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    Doberluv pretty much spelled out the whole RRR issue. Never call brownie to come unless you would bet a hundred dollars that he/she would. Calling "come, come, come" just wears out the command and teaches the dog she can ignore you. Try practising the come over and over again during the day ie come for dinner, come for a treat, come for some fun play, come for a walk. You can build up the distraction bit by bit. This may take a while, especially the first time you introduce a big distraction like another dog. If Brownie does refuse to come after the first calling, go and get her yourself, don't wear out the command.
    Teaching Heel is much more difficult than teaching come, in fact in my experience it would be the hardest excercise to teach. Heel requires 100% concentration from both handler and dog. Old schools taught this method with a joke collar and alot of yanking. Positive methods, however, produce better heeling and a much more attentive dog. Start with your dog on your left side, prefferably in a distraction free room or passageway. Have your left hand loaded with treats, the lead in your right. As you start off, do not say heel, use only your bridge words such as "yes!", or click if you use a clicker. Some dogs require near constant feeding when they first start out, this is ok though as you will eventually have them off the food and following an empty hand.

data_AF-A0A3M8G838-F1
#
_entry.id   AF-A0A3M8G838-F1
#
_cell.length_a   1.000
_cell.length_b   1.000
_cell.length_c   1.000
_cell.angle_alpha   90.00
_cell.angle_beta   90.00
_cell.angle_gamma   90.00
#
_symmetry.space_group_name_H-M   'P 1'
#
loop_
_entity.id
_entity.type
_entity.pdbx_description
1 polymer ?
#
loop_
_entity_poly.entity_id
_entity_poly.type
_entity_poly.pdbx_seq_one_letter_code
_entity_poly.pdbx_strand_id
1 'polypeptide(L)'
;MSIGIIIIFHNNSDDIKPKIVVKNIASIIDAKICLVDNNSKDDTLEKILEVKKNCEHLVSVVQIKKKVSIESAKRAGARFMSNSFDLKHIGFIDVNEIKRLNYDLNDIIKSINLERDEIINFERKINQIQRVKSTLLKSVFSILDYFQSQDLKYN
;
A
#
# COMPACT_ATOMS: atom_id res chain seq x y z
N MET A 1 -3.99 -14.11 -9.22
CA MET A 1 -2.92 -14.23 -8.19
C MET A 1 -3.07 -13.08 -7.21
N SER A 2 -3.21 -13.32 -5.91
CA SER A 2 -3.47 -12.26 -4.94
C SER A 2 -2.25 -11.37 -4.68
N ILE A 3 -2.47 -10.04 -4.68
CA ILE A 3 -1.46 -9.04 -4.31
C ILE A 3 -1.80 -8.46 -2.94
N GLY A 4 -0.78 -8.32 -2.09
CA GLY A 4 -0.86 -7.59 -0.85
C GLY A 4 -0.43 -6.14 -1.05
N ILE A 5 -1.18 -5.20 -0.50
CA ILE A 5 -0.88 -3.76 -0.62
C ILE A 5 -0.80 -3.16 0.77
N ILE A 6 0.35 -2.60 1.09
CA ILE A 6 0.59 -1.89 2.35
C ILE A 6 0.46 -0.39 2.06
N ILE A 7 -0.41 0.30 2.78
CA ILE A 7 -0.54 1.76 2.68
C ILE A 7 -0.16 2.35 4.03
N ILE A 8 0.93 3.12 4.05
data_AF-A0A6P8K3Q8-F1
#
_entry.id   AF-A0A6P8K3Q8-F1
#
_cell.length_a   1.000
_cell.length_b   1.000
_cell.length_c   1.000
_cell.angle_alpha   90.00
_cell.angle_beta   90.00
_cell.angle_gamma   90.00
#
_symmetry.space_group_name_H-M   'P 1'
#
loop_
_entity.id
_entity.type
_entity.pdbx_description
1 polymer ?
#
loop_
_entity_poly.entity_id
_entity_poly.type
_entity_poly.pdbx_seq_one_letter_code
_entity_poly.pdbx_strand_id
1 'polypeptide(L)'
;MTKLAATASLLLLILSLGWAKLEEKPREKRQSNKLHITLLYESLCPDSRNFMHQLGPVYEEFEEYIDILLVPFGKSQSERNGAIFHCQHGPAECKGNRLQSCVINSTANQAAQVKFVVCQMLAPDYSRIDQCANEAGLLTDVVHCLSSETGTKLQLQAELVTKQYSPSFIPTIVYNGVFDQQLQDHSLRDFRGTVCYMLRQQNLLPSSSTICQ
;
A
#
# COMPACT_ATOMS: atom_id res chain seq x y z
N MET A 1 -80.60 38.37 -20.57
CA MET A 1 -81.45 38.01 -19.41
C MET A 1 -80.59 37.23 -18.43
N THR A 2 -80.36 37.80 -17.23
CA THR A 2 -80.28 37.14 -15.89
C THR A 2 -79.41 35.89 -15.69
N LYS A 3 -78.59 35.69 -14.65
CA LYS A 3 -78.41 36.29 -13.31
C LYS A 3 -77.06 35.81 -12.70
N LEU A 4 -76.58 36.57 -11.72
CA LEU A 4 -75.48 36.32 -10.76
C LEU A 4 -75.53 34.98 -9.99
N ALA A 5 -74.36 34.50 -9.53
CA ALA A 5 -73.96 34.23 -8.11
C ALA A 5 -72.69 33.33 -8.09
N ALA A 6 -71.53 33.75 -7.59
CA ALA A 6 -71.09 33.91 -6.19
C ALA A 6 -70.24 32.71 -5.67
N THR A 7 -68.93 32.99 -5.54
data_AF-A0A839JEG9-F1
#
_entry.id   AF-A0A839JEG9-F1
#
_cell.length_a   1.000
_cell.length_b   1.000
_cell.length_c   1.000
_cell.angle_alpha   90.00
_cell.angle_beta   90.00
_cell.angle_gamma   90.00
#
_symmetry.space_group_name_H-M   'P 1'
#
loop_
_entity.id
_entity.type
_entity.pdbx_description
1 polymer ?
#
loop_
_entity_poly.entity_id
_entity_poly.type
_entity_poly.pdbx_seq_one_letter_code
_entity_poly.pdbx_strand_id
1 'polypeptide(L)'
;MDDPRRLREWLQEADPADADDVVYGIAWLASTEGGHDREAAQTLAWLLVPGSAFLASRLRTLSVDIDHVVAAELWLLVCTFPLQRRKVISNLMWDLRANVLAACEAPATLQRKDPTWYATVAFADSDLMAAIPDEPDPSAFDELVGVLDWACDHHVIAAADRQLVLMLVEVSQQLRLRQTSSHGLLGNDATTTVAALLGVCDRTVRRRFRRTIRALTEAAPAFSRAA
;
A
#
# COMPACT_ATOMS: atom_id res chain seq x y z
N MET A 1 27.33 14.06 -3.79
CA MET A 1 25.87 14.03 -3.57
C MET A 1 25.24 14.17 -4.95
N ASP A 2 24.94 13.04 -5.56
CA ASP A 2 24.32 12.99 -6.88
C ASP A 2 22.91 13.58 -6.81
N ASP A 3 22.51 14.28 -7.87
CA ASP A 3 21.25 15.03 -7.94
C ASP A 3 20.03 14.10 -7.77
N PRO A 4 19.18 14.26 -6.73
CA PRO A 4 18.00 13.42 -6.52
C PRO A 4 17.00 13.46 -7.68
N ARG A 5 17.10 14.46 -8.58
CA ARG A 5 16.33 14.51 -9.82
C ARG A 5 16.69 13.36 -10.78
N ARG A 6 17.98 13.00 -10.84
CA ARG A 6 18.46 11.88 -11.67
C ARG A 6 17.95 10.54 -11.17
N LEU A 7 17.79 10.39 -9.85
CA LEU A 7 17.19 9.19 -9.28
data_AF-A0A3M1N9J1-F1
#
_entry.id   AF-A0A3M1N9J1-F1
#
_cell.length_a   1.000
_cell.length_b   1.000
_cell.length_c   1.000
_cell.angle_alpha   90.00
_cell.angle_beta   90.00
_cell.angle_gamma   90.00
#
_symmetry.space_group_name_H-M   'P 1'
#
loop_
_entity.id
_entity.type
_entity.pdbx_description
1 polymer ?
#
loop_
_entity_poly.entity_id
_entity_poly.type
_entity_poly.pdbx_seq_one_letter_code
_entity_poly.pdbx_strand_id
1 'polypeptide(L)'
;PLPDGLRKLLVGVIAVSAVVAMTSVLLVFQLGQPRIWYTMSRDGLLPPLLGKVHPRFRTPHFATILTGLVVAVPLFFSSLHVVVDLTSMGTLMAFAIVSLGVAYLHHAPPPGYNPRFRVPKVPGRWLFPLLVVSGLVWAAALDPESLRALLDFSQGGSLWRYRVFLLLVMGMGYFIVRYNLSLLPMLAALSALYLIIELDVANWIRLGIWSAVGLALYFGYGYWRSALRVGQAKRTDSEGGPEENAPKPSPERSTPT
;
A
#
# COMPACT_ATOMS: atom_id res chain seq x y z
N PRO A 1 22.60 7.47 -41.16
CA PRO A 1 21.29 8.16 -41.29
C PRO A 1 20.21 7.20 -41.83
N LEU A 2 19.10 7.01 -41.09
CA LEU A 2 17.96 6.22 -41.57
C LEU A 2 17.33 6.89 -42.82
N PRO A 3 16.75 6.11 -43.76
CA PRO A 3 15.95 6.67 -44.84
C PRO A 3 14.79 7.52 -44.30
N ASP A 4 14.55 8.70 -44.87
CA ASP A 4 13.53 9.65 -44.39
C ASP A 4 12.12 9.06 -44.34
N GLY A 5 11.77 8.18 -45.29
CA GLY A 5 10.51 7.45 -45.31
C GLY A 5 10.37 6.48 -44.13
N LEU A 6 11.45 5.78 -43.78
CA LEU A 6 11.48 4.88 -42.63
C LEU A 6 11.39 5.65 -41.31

7. poeluvr

    poeluvr New Member

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    if i were you i would reinforce the stay...when i had a beagle(you can probably guess)prone to escaping, when i told him to sit, he would get praised, same with all the other commands but stay then after come...i would give him his fav treat. this way when hes running away from you and you say stay, he'll think this is the only command i get a treat for i want a treat! i know it worked for my dog
     
  8. kinda kookyee

    kinda kookyee ~~smilz~~

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    thanks alot everyone i will try some of these in our daily training sessions....and that website is great...has lots of good suggestions....im 27 and this is me and hubbys first dog(was a cat person till i found my brownie)lol....glad i popped in to this great site....thanks all ~~Smilz~~
     
  9. LindaRusiecki

    LindaRusiecki Boxer Lover

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    Certain Cities

    I don't know where exactly you live, but I learned something new this week about my city.

    In certain cities, it is illegal to have your dog off leash unless it is in a fenced in or designated "off leash" area. You can get fined for it. YIKES! So practice recall in the back yard, not front, if this applies to your city.

    I learned this after my two dogs figured out how to undo the latch and open the gate in the back yard and got out into the neighborhood. My neighbor saw them, brought them back, and told us about the law. Oops! We have a padlock on it now.